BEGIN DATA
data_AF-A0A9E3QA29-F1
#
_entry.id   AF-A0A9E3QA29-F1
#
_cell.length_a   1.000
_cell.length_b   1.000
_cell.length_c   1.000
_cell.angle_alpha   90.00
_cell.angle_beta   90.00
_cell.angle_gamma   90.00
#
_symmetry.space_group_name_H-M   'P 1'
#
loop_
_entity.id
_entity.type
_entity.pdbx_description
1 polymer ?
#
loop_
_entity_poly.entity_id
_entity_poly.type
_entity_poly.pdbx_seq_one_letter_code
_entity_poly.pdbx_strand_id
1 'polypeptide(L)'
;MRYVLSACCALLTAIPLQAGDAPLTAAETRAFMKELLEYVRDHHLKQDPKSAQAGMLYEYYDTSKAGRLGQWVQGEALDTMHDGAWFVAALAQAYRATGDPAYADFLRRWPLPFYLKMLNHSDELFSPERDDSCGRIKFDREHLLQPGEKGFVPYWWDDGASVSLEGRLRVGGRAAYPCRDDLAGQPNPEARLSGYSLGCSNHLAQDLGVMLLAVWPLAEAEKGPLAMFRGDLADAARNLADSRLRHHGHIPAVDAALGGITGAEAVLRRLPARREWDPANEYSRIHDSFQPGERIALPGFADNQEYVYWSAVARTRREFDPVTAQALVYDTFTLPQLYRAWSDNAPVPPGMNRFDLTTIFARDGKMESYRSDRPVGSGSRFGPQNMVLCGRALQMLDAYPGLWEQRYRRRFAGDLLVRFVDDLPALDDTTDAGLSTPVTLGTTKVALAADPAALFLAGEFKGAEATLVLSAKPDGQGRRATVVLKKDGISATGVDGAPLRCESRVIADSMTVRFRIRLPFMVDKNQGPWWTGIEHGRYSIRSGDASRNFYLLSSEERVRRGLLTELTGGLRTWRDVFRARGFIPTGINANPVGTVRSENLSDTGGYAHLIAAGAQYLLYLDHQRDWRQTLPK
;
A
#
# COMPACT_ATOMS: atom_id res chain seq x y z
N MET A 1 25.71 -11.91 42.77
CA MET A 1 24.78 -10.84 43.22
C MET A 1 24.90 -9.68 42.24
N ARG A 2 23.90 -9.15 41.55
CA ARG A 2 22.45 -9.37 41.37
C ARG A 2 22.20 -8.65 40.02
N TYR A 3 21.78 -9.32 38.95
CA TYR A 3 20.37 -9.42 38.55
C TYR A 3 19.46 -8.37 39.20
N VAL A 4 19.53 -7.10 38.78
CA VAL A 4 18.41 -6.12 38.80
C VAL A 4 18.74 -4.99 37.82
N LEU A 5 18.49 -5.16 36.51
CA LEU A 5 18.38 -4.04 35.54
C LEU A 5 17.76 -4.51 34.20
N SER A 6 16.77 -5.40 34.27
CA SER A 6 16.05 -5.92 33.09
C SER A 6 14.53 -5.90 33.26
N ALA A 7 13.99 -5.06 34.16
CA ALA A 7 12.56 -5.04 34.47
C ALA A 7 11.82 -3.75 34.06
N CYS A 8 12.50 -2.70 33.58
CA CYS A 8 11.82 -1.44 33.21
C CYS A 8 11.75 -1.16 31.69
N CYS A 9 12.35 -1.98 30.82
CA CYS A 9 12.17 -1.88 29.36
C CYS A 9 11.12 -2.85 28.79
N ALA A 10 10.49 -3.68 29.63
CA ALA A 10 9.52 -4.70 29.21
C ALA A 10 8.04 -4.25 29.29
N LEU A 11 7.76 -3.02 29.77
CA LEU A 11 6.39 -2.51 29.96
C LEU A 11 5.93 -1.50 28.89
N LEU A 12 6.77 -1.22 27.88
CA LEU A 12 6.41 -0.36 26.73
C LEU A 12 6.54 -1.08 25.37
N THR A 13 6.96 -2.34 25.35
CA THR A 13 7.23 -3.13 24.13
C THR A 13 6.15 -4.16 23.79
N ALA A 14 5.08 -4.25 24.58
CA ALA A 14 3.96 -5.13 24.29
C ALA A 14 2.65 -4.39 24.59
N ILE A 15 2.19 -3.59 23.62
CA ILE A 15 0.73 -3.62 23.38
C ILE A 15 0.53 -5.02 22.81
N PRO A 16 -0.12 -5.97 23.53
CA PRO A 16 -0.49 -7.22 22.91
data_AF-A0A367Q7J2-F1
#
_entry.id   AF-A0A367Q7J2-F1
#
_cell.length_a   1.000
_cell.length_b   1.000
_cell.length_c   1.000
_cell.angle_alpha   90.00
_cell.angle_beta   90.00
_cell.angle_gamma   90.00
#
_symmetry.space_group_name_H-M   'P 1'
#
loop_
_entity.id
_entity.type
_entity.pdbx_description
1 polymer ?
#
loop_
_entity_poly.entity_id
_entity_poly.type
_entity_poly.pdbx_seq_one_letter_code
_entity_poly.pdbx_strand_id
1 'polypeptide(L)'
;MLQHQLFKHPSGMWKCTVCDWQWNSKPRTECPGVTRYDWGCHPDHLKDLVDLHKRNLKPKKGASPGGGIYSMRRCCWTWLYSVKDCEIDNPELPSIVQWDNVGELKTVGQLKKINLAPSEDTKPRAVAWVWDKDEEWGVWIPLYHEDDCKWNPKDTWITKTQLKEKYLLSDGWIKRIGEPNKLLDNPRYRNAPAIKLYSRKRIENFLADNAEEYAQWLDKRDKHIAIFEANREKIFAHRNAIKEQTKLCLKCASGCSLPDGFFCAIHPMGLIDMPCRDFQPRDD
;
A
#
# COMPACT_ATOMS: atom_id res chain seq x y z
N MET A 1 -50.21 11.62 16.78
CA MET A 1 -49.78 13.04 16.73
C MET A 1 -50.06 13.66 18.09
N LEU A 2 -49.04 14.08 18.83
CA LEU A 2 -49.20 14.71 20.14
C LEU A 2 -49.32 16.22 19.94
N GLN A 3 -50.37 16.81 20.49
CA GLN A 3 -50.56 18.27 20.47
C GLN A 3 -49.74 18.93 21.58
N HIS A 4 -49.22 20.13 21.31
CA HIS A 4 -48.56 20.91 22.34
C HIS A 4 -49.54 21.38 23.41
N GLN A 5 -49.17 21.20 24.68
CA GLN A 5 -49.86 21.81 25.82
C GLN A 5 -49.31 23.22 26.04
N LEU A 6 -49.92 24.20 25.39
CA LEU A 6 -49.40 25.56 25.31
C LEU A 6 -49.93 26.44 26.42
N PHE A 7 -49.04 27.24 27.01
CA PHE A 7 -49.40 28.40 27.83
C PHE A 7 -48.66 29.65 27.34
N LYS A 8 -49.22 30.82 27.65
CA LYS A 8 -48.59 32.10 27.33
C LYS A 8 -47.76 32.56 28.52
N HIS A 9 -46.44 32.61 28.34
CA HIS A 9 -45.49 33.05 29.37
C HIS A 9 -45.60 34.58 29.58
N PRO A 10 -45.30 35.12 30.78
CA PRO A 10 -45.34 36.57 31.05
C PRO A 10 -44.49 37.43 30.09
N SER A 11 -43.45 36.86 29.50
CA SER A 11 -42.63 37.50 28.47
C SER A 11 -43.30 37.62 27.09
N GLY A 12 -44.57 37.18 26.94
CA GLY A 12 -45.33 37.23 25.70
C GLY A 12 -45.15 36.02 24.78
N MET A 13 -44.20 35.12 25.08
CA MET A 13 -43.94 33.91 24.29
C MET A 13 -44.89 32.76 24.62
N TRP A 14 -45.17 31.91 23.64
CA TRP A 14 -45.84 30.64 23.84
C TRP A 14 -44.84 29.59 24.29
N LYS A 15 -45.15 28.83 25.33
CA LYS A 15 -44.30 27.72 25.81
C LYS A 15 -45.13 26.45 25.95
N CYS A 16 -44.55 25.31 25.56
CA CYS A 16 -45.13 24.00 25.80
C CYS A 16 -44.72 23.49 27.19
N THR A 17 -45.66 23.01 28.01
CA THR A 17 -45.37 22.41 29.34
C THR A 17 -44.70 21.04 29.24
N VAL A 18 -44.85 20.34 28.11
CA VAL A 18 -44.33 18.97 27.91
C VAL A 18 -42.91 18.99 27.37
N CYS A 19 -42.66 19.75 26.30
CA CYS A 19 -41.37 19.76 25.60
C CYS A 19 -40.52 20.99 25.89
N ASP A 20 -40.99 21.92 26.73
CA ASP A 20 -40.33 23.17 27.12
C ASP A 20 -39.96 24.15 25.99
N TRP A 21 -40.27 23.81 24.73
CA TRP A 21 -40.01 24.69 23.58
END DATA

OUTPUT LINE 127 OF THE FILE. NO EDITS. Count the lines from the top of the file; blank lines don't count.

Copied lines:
CA PHE A 7 -49.40 28.40 27.83